Earlier this year, we, at Nomadways, had a fascinating conversation on how to call ourselves, to give a hint at what we do in a word. We bring people together. We give them a chance, a space and time, to practice their creativity. By doing this, we invite them to question and define their own values, to make of fine tune their own life choices. We hope that in return they will initiate creative actions for people in their community to do the same.
At the center of what we do, there is a core belief in creativity to be beneficial, to have the magical power of feeling good and positively impacting individuals and communities.
There is also an assumption that we are constantly learning and educating each other, influencing ourselves and others for better or worse. We’d like it to be for the better. And creativity is our tool for that.
Where does that lead us? We use creativity. For education. Of ourselves, of others. To define who we are, what we do, how to interact.
From those notions, we came up with a tittle for our work. For most of our actions for that matter. Artivism. We are artivists! We use art as our favorite tool. To learn. To teach. To exchange and share. To express & (re)invent ourselves, others and our communities.
That’s why we love community art.
Community art describes creative activities characterized by interaction or dialogue with the community. It often involves professional artist(s) collaborating with people who may not otherwise engage in the arts. It is deeply participatory and invites people to become the medium or material of the work. It creates links among communities through art creating debate, collaboration and/or social interaction.
Community artworks often hold equal or less importance to the collaborative act of creating them. It is associated with activism because it addresses social needs, therefore flirting with civic engagement and politics. The meaning of community artwork becomes helping a society to make its way towards a shared goal, to raise awareness, encourage dialogue, understanding and creative action.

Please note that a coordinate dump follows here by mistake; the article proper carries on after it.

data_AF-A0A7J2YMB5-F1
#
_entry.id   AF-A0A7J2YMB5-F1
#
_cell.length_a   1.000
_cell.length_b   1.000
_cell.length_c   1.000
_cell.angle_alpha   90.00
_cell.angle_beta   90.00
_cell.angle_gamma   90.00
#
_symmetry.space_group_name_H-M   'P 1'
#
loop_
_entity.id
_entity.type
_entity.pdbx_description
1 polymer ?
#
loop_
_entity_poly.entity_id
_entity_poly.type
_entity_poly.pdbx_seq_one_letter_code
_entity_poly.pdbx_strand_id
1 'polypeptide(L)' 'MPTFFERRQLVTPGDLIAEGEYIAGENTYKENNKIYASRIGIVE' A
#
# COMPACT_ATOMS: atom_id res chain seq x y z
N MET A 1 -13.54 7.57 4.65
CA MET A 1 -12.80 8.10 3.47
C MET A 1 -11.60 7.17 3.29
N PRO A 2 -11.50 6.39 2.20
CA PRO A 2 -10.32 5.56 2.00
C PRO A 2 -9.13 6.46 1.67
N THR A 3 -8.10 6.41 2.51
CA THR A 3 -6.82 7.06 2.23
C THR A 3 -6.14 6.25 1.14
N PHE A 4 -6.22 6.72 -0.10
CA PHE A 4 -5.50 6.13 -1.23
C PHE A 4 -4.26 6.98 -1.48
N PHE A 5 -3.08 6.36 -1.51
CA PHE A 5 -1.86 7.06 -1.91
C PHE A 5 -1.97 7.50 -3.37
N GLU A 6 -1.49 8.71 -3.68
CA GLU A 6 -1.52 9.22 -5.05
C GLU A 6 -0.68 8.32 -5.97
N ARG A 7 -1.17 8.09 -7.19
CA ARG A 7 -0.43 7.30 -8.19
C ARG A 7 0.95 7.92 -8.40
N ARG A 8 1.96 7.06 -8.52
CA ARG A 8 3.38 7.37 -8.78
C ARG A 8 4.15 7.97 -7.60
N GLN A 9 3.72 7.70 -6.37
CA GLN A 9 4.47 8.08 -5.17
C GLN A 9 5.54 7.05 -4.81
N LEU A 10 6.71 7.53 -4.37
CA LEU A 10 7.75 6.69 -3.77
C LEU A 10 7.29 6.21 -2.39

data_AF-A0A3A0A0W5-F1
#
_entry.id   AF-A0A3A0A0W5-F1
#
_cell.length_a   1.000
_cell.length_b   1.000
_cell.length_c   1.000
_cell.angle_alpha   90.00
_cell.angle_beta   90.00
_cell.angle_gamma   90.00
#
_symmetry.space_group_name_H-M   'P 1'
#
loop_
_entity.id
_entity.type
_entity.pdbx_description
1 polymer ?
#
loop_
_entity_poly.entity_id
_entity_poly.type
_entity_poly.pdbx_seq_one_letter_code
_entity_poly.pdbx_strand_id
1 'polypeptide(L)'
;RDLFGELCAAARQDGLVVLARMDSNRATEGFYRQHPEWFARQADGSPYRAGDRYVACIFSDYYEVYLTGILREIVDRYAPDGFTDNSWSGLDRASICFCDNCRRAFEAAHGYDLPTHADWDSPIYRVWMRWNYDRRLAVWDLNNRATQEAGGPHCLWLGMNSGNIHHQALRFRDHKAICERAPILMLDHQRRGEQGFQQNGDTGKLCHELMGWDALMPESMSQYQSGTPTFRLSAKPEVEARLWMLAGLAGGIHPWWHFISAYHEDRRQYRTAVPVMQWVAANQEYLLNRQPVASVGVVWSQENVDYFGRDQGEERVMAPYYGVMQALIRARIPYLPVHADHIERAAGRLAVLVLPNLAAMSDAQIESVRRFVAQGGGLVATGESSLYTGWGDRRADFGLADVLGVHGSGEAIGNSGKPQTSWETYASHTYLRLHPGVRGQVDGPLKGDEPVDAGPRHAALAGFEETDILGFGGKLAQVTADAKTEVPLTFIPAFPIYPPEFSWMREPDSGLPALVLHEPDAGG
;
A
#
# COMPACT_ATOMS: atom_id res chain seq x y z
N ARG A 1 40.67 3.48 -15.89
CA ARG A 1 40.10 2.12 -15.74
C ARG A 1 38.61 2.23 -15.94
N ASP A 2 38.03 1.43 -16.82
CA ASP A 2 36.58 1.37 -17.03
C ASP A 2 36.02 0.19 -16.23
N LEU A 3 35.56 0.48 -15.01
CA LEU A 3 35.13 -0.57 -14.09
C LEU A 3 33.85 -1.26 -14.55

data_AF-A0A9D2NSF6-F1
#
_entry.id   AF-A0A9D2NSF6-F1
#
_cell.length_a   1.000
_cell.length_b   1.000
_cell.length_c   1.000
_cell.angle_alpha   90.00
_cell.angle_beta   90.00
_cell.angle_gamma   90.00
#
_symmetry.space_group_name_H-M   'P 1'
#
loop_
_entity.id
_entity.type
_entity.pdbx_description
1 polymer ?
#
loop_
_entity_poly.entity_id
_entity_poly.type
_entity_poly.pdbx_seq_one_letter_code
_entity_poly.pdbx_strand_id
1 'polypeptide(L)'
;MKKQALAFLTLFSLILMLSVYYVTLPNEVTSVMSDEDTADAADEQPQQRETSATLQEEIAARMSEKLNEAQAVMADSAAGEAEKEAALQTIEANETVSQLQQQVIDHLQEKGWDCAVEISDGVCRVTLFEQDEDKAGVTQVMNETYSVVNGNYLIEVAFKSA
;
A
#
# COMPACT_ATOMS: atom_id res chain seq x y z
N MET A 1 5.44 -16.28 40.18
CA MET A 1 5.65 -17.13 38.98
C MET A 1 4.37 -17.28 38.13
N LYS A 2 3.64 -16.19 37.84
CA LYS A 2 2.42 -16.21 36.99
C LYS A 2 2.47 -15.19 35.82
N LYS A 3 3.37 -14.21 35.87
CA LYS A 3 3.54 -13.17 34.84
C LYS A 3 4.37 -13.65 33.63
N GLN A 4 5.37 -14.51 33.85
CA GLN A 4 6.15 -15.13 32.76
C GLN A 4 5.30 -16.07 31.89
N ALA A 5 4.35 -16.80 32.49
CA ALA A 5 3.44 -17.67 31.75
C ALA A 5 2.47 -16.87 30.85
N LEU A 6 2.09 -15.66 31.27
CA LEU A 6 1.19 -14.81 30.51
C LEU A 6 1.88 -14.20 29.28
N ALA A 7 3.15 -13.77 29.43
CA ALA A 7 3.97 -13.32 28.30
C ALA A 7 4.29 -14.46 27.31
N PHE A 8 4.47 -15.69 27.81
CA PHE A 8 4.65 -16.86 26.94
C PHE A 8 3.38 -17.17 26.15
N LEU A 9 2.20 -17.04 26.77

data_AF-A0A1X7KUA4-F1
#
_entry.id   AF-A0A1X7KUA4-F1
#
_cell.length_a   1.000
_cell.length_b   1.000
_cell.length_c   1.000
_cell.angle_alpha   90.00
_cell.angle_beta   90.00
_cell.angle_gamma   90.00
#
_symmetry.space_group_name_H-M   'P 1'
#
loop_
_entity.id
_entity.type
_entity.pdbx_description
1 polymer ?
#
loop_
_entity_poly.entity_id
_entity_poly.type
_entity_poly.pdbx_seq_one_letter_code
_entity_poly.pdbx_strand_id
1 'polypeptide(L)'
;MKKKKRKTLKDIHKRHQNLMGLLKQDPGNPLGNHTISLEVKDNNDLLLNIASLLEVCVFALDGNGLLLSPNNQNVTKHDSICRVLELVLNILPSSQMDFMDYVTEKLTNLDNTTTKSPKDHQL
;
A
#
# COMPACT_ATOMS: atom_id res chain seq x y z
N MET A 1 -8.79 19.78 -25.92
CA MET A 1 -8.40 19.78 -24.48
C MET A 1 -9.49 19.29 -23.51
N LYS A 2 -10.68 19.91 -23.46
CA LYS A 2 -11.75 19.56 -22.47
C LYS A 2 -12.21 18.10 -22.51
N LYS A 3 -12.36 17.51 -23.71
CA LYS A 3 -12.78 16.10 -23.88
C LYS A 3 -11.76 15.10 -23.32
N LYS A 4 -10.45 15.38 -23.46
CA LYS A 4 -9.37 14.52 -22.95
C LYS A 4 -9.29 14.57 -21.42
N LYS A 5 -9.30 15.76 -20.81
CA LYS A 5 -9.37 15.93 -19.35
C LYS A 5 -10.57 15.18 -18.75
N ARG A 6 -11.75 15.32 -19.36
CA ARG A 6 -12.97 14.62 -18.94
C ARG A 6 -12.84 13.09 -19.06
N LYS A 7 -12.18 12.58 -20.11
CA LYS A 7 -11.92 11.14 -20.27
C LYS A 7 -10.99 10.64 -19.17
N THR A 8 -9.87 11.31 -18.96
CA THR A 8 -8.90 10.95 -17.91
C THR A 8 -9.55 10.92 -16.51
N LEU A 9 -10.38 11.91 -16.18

We mainly recognize three forms of collaborative art, used in different contexts according to the particularities of each project.
The artist-driven model is the first type. In it, artists make themselves the catalysts of social change by their creation of a social commentary in their work, inspired by a community.
The second type leads artists to engage with communities and practice together some particular form of art creation, a special technique developed by them and realized in collaboration with members of the community. Then, they most often present their art in a public space accessible to the community to raise consciousness and foster dialogue within its members.
In the third type of collaborative art practice, the dialogic model, artists dialogue with a group to engage in an artistic creation addressing particular concerns present in the community. Using artistic techniques as tools for problem-solving, group-empowerment or therapy sometimes leads to artworks that are not intended for outside audiences.
Art for social change is a form of cultural democracy. It opens space for public dialogue.
These aspects and more make us love very deeply the idea and practice of community art. That’s why we’re designing a workshop for more of it to happen in Brivezac, the rural village where we’re creating our new space, Homade, dedicated to co-creation and developped with the help and love of our community.
Our next workshop is called “Subjective Mapping” and it’s taking place in Brivezac between 1st and 15th of October. We are truly excited to use the opportunity to practice again what we do best. And here, for the first time we will do some community art there.
Article by our amazing Anne (Nomadways team), who created Nomadways and brought us all together to do social art and help people exchange artistic practices in education.
We craft international workshops for artists, educators and youth workers. Together we create pedagogical artwork, share and invent practical solutions to social problems.